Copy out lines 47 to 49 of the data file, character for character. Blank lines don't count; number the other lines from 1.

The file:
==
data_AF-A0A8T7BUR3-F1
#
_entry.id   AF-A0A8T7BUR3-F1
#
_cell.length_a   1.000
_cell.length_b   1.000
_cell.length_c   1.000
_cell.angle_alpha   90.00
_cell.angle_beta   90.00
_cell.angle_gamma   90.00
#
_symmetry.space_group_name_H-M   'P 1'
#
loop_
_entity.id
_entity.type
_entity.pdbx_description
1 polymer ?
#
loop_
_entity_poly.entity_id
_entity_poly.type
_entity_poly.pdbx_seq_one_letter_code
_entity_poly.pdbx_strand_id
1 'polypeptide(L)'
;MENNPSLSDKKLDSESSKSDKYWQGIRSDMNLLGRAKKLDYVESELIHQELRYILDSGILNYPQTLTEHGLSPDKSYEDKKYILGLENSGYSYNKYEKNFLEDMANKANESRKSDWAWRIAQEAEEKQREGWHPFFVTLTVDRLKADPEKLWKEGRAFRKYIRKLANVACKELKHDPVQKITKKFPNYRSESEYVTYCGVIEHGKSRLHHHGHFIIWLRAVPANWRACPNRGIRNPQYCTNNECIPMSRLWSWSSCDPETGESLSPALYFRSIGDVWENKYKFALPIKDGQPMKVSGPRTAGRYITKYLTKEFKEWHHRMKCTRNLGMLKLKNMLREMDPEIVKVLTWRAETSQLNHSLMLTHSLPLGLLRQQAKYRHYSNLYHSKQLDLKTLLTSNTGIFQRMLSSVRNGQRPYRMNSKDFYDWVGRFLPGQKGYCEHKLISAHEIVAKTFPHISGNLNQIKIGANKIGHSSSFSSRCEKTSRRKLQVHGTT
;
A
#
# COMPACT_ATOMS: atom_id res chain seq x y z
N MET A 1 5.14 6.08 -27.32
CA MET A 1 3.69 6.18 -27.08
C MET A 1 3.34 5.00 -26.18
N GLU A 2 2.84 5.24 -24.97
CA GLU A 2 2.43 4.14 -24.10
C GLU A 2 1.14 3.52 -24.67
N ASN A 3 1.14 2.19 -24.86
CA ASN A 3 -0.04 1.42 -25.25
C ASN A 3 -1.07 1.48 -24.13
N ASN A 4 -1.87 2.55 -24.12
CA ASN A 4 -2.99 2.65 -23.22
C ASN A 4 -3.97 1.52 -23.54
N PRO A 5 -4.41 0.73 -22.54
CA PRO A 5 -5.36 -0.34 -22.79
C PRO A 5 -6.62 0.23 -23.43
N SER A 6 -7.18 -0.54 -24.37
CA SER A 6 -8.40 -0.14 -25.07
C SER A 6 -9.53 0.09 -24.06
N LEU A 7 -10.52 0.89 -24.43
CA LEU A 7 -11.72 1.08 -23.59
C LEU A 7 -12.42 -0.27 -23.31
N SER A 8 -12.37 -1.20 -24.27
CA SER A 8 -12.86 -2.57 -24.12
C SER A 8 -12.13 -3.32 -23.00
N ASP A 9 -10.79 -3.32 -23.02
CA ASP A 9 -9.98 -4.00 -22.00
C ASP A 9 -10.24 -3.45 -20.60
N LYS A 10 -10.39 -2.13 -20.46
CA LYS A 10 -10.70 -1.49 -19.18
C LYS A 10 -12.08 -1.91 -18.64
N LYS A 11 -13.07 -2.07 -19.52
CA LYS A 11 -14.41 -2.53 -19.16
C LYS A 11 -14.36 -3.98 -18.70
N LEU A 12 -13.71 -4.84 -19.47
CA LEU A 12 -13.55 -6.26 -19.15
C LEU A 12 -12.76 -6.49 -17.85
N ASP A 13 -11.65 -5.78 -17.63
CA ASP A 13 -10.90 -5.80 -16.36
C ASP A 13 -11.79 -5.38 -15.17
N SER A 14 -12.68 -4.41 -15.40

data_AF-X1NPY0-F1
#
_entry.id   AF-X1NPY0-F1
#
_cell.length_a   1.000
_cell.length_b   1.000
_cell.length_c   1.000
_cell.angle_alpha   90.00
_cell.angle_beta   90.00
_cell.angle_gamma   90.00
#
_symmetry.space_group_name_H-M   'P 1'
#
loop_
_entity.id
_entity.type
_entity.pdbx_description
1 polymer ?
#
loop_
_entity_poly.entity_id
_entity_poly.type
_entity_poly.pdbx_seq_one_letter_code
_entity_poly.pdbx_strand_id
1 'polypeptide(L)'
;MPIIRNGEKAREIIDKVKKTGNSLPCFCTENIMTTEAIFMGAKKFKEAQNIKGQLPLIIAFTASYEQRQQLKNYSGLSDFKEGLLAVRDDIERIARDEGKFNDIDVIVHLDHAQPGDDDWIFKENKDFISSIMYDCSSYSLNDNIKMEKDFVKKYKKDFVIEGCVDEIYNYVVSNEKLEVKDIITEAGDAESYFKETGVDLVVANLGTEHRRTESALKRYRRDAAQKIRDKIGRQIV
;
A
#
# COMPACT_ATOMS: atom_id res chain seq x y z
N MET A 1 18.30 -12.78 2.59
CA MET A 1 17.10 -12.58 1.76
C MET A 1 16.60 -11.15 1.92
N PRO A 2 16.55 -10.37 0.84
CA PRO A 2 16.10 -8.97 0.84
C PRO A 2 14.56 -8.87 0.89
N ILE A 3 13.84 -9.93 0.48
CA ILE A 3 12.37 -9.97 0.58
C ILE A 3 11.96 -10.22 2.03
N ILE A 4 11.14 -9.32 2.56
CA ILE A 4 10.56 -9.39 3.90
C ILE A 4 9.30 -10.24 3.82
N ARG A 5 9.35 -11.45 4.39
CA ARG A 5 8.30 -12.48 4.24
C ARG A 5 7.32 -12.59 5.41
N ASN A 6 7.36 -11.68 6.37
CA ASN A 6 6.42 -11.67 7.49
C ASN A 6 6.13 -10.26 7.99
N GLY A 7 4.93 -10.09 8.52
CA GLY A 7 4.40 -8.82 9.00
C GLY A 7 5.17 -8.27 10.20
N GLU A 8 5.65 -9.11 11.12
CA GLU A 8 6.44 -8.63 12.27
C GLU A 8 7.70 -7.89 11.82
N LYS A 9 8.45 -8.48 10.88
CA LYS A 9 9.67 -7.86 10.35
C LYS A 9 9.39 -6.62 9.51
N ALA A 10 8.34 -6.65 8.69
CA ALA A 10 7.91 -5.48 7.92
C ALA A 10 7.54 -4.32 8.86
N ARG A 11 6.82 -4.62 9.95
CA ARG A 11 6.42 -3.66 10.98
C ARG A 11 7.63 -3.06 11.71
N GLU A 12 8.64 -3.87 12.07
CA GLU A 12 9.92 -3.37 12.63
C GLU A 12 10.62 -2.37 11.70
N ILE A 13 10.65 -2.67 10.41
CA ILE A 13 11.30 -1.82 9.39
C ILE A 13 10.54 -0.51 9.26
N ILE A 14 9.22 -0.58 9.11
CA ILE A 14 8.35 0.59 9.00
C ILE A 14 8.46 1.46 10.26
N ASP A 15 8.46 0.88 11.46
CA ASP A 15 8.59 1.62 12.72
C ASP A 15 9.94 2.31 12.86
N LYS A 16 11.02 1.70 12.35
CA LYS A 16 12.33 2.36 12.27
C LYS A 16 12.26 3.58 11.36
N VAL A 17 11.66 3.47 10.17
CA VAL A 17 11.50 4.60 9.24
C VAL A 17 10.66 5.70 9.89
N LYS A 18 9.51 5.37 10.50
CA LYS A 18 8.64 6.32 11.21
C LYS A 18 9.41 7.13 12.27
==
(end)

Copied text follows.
CA SER A 6 -8.40 -0.14 -25.07
C SER A 6 -9.53 0.09 -24.06
N LEU A 7 -10.52 0.89 -24.43